Over the last few decades, research is being carried out in the field of photocatalysis to investigate for fuels production in sustainable manner. Due to an energy depletion and CO2 emission in the current situation urge us to produce alternative fuels. Water splitting and the reduction of carbon dioxide using various photocatalysts are being developed as promising sustainable methods to obtain eco-friendly energy sources. Conducting polymers (CP) stand out among the current pool of studied photocatalysts due to their high light absorption efficiency, good stability, tunable electronic characteristics, and cost effectiveness. Various CP, such as polyaniline, polythiophene, and polypyrrole have been integrated with different semiconducting nanomaterials to produce photocatalytic composites. Therefore, in this review, we focus on the synthesis of CP and their nanocomposites for application in CO2 photoreduction and water splitting into fuel production using different polymeric composites. Many composite photocatalysts show synergistic effects between the polymeric material and other counterparts in the composite. The improvement in the inactivity of the composite can be attributed to the band configurations of the composite. Improving the separation of excitons, widening the light absorption region, enhancing the substrate adsorption, and preventing photocorrosion conductive polymers can significantly increase the photocatalytic activity under visible light. The addition of conducting polymers with an inorganic materials dramatically change their band positions and may reduce the possiblilty of electron hole recombination. Here, we explain by what means conductive polymeric material can improve the efficiency of the composite in an organized manner, thereby providing a comprehensive reference to the field. Finally, the current challenges and future perspectives of polymeric catalysts have been discussed briefly.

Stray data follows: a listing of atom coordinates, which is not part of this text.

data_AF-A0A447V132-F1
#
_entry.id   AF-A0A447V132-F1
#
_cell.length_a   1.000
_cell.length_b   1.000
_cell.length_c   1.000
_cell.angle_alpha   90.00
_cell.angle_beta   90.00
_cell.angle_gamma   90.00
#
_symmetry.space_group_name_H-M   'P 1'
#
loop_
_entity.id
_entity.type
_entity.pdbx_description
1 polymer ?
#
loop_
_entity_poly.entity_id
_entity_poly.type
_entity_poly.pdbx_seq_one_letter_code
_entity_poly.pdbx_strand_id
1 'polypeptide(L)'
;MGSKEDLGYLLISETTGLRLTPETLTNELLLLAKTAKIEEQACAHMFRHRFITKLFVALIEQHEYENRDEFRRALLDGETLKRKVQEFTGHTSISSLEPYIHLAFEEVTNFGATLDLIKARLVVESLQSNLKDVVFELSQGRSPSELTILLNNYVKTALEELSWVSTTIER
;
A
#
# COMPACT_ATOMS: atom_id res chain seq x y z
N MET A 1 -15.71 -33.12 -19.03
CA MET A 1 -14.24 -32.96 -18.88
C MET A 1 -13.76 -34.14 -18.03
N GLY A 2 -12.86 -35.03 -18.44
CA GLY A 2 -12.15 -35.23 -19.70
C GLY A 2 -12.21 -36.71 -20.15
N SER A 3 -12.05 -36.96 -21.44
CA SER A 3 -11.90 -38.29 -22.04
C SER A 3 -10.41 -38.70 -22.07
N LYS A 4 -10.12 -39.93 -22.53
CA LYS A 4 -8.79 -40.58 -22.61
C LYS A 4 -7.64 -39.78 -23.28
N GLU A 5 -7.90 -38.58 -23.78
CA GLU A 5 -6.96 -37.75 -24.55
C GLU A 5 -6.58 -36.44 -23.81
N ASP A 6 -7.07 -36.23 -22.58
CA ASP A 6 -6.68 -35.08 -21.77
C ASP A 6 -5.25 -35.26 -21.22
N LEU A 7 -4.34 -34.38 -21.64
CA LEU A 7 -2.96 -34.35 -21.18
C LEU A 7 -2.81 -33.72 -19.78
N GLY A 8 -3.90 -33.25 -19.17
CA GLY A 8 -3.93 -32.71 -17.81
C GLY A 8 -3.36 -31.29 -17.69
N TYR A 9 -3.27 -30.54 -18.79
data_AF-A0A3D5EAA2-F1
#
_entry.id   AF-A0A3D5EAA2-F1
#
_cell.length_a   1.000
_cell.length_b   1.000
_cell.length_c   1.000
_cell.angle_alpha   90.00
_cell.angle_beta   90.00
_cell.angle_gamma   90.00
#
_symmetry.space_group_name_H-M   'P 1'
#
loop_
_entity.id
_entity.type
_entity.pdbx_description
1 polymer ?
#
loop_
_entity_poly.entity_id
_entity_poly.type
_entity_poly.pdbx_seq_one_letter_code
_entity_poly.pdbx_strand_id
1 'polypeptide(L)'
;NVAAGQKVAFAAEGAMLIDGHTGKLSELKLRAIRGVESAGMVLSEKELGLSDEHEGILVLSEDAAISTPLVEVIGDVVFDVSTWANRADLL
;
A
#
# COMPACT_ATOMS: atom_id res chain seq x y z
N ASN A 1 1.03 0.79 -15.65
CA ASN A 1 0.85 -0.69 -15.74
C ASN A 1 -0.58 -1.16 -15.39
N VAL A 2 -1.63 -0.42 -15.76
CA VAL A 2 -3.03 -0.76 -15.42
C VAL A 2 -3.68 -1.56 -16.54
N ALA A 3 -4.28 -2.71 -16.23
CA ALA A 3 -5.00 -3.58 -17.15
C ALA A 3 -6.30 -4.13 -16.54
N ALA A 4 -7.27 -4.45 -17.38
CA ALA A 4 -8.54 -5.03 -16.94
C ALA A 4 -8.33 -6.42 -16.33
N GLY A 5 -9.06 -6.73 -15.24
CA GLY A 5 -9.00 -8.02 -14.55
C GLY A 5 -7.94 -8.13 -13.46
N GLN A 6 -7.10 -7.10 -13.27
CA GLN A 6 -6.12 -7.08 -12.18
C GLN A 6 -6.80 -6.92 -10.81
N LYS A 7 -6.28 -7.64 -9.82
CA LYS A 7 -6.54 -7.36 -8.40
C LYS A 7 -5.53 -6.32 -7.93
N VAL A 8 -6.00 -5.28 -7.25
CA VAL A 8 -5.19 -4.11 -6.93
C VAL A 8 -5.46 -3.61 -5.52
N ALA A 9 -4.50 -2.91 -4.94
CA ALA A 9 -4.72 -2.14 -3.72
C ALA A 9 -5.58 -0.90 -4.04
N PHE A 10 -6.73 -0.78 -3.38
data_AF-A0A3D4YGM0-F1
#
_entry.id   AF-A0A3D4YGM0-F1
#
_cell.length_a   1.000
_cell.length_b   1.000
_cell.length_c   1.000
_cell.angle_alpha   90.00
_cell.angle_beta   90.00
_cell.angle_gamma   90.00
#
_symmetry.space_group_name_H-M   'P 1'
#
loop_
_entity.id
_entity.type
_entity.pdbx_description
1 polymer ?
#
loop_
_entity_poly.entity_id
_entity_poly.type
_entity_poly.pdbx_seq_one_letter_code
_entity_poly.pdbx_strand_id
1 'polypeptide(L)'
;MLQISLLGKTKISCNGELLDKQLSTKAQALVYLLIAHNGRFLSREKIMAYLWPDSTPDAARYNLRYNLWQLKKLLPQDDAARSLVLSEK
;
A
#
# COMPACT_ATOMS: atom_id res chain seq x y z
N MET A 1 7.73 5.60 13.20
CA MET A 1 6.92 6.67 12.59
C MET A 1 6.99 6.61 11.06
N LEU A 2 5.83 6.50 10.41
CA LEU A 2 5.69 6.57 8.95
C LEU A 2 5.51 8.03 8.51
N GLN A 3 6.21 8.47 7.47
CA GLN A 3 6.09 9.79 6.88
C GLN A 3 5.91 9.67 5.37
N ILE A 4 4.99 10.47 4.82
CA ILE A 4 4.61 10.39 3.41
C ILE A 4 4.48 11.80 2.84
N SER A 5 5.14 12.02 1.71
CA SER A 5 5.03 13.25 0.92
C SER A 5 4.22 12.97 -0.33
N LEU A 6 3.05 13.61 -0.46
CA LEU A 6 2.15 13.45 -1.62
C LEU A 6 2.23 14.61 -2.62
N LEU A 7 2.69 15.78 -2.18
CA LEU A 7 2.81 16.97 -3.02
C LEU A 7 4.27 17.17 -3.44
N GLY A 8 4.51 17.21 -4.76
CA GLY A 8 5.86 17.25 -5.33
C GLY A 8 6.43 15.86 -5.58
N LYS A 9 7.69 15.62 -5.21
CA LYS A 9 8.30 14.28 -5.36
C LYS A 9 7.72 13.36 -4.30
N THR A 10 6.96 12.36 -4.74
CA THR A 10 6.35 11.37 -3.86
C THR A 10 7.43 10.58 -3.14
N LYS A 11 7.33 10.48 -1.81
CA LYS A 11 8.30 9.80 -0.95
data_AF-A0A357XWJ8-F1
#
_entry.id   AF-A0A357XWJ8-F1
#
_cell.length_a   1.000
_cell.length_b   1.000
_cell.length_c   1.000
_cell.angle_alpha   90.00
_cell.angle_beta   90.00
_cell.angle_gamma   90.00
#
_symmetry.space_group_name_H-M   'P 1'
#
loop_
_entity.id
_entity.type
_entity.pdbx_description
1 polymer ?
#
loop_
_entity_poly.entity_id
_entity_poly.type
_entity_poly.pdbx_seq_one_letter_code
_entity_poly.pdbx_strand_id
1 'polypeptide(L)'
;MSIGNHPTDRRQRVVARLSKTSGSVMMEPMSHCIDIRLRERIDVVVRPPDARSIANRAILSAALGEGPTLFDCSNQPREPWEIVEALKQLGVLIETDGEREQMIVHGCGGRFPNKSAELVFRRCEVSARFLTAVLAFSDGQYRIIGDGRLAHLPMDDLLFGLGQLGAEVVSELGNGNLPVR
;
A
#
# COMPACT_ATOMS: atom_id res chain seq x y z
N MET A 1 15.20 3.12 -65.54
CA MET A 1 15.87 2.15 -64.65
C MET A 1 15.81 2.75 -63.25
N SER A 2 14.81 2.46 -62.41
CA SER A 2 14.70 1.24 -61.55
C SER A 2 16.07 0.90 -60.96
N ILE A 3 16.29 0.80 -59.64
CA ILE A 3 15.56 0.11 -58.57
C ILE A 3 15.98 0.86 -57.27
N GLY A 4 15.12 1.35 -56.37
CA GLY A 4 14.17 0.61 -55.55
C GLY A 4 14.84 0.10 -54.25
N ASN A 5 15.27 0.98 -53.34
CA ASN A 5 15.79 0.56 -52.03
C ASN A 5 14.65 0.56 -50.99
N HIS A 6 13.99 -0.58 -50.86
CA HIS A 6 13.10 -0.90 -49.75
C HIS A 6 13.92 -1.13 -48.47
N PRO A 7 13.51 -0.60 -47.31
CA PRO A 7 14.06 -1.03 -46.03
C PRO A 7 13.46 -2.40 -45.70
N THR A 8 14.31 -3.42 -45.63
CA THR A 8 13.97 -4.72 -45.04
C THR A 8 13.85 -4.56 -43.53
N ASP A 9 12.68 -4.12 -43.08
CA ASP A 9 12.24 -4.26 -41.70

All Science Journal Classification (ASJC) codes
- General Chemical Engineering
- Fuel Technology
- Energy Engineering and Power Technology
- Organic Chemistry